Because you can't have depths without surfaces.
Linda Grant, thinking about clothes, books and other matters.

Sunday, 5 October 2008

A forgotten maestro of British fashion

Bill Gibb remembered - my piece in today's Telegraph:

In the summer of 1970 a friend and I laboriously made ourselves long coats out of multicoloured patchwork velvet squares. The sleeves were gathered at the armholes because we didn't know how to fit them, and they fell like the tunic of a medieval page-boy, wide at the wrists. We were dedicated followers of fashion who had grown out of Chelsea Girl, the 1960s equivalent of Topshop, but it would be a year or two before we discovered the vintage stalls at Kensington Market. With our hennaed hair, kohl-rimmed eyes and Biba purple lipstick, we wafted about in Afghan dresses, skirts made of Indian bedspreads and loose velvet tops from India with tiny mirrors inset in the embroidery. Nothing matched. The clash of colour and texture was the point. The only rule was that you must not look anything like your mother, who had outrageously started to wear her skirts an inch or two above the knee.

Twiggy’s outfit for the Los Angeles premiere of The Boy Friend, 1971

Because we were only teenagers, what we knew about clothes came not from the fashion press (Vogue was scarily grown-up), but from copying everyone we knew. So I was completely unaware, until I opened the pages of a new book about his life and work, that for a period of about three years in my late teens and early twenties, I had been a walking advertisement for Bill Gibb. Gibb's early death at the age of 44 in 1988, and his too-brief period in the 1970s as one of the defining designers of his age, has meant that he has been partly forgotten - except by those who wore his clothes. He dressed Bianca Jagger, Elizabeth Taylor, Anjelica Huston, Marie Helvin and Twiggy, who described Gibb as 'my knight in shining armour', after he rescued her car from a snowdrift on a cold London day in 1967.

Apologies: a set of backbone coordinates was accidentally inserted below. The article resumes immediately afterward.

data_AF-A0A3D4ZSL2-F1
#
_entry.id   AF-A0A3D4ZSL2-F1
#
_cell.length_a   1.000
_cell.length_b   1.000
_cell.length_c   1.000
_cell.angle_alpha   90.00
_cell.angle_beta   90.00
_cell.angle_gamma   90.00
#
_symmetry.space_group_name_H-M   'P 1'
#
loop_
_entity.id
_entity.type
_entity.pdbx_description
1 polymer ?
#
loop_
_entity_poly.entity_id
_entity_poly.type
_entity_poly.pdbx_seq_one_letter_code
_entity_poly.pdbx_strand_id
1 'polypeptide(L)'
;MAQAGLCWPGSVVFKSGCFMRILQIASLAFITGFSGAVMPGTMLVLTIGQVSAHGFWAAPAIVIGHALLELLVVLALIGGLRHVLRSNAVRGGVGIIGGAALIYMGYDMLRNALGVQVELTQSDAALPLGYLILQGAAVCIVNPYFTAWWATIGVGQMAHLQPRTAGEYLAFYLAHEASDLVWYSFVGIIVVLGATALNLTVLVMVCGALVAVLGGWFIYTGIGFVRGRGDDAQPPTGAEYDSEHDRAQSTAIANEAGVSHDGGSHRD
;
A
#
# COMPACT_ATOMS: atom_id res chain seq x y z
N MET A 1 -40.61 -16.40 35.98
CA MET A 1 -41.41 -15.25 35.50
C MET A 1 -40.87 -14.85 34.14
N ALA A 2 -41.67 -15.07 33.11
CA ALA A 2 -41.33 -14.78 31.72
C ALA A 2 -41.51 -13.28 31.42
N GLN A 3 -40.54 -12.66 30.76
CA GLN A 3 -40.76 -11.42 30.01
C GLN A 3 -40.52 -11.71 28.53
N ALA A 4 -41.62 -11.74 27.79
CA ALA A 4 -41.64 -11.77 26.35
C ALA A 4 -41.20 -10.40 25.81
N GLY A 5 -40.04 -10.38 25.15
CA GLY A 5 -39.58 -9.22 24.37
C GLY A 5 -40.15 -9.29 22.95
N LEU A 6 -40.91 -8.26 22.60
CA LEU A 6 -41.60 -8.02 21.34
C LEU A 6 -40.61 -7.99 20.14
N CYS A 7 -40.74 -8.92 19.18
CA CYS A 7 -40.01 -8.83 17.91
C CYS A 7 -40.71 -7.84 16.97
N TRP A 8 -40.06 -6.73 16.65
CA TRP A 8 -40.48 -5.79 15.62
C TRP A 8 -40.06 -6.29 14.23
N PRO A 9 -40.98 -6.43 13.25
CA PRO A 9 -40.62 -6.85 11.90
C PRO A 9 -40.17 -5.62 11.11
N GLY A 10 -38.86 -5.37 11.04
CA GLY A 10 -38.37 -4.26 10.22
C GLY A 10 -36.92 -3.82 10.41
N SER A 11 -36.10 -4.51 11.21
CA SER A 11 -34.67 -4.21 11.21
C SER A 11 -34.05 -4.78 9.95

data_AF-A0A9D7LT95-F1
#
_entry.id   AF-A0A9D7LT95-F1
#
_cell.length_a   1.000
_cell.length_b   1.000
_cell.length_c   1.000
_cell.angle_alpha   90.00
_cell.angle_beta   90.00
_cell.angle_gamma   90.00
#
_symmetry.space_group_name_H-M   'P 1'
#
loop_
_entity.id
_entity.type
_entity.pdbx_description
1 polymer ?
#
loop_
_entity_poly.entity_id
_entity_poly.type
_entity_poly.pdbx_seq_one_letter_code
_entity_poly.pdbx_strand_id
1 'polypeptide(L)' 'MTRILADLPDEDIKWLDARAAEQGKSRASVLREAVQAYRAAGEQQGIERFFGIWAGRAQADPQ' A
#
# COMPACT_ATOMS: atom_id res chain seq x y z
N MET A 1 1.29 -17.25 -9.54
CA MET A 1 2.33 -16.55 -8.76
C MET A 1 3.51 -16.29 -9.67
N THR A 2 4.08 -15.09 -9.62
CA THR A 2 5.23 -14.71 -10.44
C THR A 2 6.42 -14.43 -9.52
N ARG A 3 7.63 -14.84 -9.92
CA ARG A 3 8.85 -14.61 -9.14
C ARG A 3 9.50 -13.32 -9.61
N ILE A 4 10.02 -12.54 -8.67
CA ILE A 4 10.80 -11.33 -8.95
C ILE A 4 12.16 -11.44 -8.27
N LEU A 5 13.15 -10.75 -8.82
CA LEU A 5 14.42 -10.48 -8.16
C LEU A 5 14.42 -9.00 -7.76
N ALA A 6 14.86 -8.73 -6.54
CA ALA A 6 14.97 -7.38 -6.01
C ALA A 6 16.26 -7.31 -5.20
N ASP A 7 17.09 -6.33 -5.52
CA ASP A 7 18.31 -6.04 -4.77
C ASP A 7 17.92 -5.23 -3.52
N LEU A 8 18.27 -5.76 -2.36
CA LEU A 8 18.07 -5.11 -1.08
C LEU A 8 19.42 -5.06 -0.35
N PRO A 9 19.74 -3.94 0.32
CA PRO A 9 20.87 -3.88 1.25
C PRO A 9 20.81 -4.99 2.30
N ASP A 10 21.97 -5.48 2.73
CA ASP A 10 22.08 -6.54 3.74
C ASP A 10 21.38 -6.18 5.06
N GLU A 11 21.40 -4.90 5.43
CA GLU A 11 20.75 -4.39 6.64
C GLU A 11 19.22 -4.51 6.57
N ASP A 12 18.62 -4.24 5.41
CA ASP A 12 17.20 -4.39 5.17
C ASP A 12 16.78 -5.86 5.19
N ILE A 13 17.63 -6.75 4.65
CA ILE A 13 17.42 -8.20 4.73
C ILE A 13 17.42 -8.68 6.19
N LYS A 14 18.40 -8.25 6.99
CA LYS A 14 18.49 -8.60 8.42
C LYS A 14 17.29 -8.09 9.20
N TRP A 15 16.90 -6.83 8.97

Toby Wollin said...

Fascinating about his connection with Kaffe Fassett, who is still going strong, especially in the yarn craft arena. But Gibb truly was a creature of the time; I remember making myself dresses out of Indian print bedspreads when I was in college in the early 70s as well. It was a time when a lot of people thought nothing about making over clothes ..I remember a big thing was to take blue jeans, split up the legs, insert either a piece of another pair of jeans or Indian print spread or something else to make a skirt. That was a very popular thing to do. Since I was the only person on my dormitory floor with a sewing machine, I was pretty popular, even if it was only to borrow the machine.

Rosaria said...

Linda and Toby's experience mirrors (ahem) my own, even though I wasn't brought up in the UK. Learning to sew was part of the school curriculum then, and I did my fumbled best.

However the skill became useful when I wanted to create my own wardrobe, a mishmash of East and West. Kaftans, crushed velvet skirts, paisley sip-front mini dresses with neru collars.

But what I really secretly admired, and could not emulate, were Yves St Laurent's 60s shifts, geometric prints and pant suits, especially the tuxedo.

My mother wore things vaguely, conceptually related so of course I had to be polar opposite. She was pretty trendy for her age and I used to borrow her shoes.

rosaria said...

(correction) mini dresses...